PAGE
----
Endoscopically, intramucosal very well-differentiated adenocarcinomas are frequently ill defined with indistinct borders, a characteristic associated with higher rates of incomplete resection along the lateral margins when compared with other histologic types of gastric cancer.[5] This seems to be partly due to the 'crawling' pattern of growth at the periphery that was indeed recognized in our series. We also showed that the endoscopic challenges are matched by histologic difficulties in establishing malignancy, with 50% of the original diagnostic biopsies incorrectly interpreted as either 'indeterminate for neoplasia' or 'reactive intestinal metaplasia.' Yet it is also important to stress that despite the delay in diagnosis, extending over 1 year in a non-negligible 17% of our cases, only limited progression was noted.

Immunophenotypically, 48% of the tumors had a mixed phenotype and 52% presented an intestinal immunophenotype. Very well-differentiated adenocarcinomas with mixed immunophenotype appear to preserve a low-grade malignancy profile as long as discohesive neoplastic cells are absent. In our series, the five intramucosal cancers falling into that category remained without nodal metastasis. However, it is noteworthy that all of the cases in which discohesive neoplastic cells were detected presented a mixed phenotype, suggesting a heightened risk of transformation specific to this subgroup which then acquires a more aggressive behavior.

Interestingly, comparing this observation with the three previous series that included immunophenotypic analysis (n=58 in total, including our cases)[1–3] (Table 4), it appears that a poorly cohesive carcinoma component was present in 69% of the cases with mixed phenotype, but was absent in all cases of intestinal phenotype (P<0.0001). This observation confirms our inference. Finally, nodal metastases were present in 5 of these 58 cases, all of which showed mixed phenotype tumors with poorly cohesive carcinoma components.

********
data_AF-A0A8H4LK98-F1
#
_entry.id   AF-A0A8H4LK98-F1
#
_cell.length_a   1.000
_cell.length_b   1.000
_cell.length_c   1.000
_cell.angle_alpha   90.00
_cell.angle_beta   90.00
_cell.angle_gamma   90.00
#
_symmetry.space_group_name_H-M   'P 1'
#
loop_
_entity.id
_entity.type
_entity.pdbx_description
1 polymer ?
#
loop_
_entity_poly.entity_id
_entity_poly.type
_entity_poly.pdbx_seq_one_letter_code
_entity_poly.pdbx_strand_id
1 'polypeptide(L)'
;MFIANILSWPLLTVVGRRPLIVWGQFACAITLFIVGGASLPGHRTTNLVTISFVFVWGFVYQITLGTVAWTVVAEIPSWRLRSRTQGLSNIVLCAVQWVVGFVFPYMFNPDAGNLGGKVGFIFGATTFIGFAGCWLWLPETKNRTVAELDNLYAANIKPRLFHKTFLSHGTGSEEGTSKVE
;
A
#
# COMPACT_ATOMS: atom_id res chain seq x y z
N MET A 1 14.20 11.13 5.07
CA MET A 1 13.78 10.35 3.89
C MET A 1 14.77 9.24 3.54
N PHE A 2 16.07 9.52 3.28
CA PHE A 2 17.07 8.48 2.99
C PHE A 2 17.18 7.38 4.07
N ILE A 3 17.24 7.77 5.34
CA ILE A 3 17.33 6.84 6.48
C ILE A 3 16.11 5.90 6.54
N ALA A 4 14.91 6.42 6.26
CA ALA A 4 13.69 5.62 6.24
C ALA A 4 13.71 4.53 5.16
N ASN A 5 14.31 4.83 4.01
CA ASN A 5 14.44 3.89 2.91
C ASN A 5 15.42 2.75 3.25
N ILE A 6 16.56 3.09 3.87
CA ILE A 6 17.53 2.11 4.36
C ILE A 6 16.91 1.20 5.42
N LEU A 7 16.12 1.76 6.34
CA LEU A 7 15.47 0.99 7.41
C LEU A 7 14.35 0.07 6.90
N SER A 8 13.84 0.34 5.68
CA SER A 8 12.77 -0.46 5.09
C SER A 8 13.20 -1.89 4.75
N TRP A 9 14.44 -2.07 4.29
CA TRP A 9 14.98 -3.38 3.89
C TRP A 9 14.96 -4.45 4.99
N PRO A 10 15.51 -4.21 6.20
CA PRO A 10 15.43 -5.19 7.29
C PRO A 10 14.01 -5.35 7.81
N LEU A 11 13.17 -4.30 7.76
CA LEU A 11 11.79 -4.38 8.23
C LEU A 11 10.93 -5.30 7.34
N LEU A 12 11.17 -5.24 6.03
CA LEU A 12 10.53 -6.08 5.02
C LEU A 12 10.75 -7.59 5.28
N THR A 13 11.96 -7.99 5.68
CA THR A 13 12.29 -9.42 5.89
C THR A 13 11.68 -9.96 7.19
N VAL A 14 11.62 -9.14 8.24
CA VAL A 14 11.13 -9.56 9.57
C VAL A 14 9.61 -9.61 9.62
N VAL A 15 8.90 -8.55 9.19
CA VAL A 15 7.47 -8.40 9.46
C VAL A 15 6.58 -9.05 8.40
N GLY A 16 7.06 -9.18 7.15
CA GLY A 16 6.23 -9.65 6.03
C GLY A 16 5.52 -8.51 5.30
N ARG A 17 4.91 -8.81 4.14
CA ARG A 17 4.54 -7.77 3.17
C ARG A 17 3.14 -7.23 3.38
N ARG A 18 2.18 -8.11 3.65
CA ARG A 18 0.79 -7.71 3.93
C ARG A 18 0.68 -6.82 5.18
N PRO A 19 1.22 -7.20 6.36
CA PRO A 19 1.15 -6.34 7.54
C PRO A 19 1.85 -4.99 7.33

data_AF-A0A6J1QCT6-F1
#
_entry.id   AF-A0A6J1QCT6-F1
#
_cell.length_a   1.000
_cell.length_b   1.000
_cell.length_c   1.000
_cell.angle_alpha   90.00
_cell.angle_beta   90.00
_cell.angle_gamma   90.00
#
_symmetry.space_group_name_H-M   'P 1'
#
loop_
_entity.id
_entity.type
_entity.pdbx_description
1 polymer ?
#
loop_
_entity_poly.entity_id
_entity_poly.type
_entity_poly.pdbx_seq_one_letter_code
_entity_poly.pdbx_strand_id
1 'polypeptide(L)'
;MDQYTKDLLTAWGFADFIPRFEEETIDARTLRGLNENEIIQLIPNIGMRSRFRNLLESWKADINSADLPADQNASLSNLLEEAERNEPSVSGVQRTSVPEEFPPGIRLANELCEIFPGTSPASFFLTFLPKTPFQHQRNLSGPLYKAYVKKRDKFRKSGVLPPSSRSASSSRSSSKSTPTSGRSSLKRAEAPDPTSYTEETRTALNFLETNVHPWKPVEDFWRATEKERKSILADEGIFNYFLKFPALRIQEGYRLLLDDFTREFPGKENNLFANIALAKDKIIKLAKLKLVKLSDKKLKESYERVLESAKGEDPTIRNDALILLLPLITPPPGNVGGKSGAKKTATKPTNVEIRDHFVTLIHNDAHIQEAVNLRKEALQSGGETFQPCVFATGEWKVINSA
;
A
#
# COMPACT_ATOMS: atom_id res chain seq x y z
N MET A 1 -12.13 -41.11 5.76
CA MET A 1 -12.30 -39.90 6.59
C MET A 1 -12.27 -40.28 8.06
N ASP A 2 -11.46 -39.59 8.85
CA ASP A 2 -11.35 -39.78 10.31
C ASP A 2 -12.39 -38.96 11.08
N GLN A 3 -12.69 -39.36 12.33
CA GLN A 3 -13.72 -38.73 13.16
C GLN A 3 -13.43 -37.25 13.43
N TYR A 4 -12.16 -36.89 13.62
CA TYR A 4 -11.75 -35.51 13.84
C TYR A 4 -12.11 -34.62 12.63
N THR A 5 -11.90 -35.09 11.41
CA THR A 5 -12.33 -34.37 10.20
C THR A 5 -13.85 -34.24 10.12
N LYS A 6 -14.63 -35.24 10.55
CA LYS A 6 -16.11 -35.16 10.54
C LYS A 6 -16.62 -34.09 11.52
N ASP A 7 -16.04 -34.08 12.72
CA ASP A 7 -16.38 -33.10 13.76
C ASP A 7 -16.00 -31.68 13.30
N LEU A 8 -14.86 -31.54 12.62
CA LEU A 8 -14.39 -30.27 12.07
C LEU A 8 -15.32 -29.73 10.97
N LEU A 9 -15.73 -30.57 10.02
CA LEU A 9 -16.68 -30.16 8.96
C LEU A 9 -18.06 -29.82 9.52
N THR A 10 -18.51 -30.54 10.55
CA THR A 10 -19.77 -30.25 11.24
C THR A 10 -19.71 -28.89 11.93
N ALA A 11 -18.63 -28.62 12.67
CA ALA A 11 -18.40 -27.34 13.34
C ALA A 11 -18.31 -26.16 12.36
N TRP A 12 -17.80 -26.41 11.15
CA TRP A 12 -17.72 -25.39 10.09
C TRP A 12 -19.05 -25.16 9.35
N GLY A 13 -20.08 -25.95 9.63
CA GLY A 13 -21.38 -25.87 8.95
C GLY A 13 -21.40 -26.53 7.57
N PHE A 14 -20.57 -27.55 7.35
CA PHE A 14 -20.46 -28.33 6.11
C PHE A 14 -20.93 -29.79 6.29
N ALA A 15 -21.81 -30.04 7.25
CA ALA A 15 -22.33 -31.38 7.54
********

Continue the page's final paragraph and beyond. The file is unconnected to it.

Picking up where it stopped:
On the contrary, those cases of intestinal immunophenotype had less aggressive biological behavior, were not accompanied by a focal component of poorly cohesive carcinoma, and retained their well-differentiated morphology in submucosal and deeper-invasive areas.[1–3] Furthermore, nodal metastases were absent and no fatal cases have been reported in this subgroup, even in pT4 tumors. As further evidence of its indolent behavior, two cases of pure intestinal phenotype in our series remained intramucosal without significant increase in size during a long-term preoperative follow-up (50 and 84 months). This observation is indirectly supported by the previous reports of a low Ki67 labeling index and a lack of p53 or c-erbB2 protein overexpression in this subtype.[1,3]

In summary, very well-differentiated gastric adenocarcinoma of intestinal type represents a diagnostic challenge, particularly on biopsy specimens. On the basis of our series, the histologic diagnosis is best established using a combination of at least three of the six architectural features, including anastomosing glands, spiky glands, distended glands, discohesive cells, abortive glands, and glandular outgrowth. However, a blinded sensitivity/specificity analysis of these criteria is an important focus for future research. This variant can be divided into two groups based on the immunophenotype. Those with an intestinal immunophenotype do not appear to be associated with a risk of development of poorly cohesive carcinoma, and appear to be indolent. Alternatively, those with mixed immunophenotype are not infrequently associated with a focus of discohesive neoplastic cells, and are more likely to present an aggressive behavior.